Kala-azar grips Sarlahi; drugs in short supply
Sarlahi, April 19:
Medicines are in short supply at Trichandra Hospital in Malangawa, the headquarters of Sarlahi district, and people afflicted with kala-azar are languishing without treatment.
The hospital requisitioned medicines from the communicable diseases section of its head office in Kathmandu, but the stock sent was inadequate.
Senior health worker at the hospital Lata Shrestha said 500 vials were demanded, but only 100 vials came this morning.
Shrestha added that these would not be enough for even the 17 chronic kala-azar patients who were being treated at the hospital. All 17 patients were sent home as the hospital ran out of medicines.
Of them, Phuleshwar Roy of of Ward No 7 of Kishanpur village development committee has contacted the hospital again.
Ravindra Paswan, 10, of Taiwan Basti in Hariwan VDC 6, was brought to Trichandra Hospital after he became unconscious while playing with companions, said his mother Dukhiya Devi.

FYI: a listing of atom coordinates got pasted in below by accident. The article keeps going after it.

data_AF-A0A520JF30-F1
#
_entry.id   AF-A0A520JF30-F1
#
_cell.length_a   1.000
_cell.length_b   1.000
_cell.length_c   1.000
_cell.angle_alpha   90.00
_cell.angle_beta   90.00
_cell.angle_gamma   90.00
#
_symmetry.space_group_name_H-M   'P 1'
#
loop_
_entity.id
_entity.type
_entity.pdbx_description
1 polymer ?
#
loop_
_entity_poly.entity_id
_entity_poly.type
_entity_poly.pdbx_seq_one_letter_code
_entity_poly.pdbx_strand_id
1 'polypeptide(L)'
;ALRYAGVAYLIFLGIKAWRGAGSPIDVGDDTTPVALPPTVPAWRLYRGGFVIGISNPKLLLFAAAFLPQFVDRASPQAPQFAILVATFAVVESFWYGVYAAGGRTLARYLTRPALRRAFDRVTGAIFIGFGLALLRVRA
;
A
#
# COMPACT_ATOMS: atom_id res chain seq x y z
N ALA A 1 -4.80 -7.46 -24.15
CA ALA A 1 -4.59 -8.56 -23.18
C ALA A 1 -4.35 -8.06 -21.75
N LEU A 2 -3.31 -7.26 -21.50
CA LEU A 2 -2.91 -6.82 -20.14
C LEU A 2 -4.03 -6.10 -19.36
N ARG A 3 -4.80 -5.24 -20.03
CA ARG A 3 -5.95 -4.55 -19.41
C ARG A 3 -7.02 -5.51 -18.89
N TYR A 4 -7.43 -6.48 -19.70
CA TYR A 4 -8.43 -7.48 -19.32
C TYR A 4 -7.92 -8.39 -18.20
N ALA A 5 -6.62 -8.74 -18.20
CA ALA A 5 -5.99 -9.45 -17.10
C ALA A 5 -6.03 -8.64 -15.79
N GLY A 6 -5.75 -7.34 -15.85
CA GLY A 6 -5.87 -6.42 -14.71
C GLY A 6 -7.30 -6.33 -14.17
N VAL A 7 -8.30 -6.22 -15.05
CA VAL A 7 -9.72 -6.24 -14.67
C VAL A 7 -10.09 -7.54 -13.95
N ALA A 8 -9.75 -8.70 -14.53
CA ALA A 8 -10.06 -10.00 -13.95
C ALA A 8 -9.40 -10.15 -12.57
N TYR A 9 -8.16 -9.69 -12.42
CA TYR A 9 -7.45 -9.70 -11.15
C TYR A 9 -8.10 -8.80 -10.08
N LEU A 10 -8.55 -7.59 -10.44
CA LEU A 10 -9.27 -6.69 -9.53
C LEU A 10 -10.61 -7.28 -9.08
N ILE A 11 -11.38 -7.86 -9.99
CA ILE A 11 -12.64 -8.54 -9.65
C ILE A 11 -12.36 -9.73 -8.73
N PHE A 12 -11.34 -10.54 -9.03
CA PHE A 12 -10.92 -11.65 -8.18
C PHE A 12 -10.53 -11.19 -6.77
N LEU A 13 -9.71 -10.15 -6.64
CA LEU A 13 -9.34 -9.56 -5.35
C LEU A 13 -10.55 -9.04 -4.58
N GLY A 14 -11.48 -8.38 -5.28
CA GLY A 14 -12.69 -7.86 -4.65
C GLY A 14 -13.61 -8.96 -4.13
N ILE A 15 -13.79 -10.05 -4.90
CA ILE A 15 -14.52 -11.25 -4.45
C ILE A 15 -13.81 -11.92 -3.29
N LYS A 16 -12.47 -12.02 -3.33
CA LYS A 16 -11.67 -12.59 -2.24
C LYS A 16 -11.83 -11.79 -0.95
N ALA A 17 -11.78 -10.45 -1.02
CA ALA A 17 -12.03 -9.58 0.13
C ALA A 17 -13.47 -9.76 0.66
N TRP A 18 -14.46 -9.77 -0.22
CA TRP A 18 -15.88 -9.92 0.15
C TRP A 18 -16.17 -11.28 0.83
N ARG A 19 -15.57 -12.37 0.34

She said tests established that Ravindra had kala-azar and added that she had to take him home as there were no medicines at the hospital. “The doctor has told me to bring him again tomorrow,” she said.
Most of the kala-azar patients are from Taiwan Basti and their economic condition is very bad.
Secretary of the Sarlahi unit of the Federation of Community Forest Users of Nepal (FECOFUN) Uttam Kumar Mainali said most of the afflicted persons in Taiwan Basti have been selling off their cattle and other livestock to collect money for treatment.
Mainali added that his organisation was collecting funds to provide for those those who could not afford treatment.
Laxmi Shrestha said senior district public health office staffer Arun Kumar Jha had deputed malaria inspector Rambilas Mahato to go to the affected spot with medicines and medical
implements for conducting tests.
Local health post staffer Ramsewak Roy said lack of awareness among Taiwan Basti residents and unhygienic conditions created by them were responsible for the kala-azar outbreak.
Roy said the government had built toilets for these people, but they preferred to keep pigs, goats and chickens in these and use the backyard of their houses for lavatory purposes.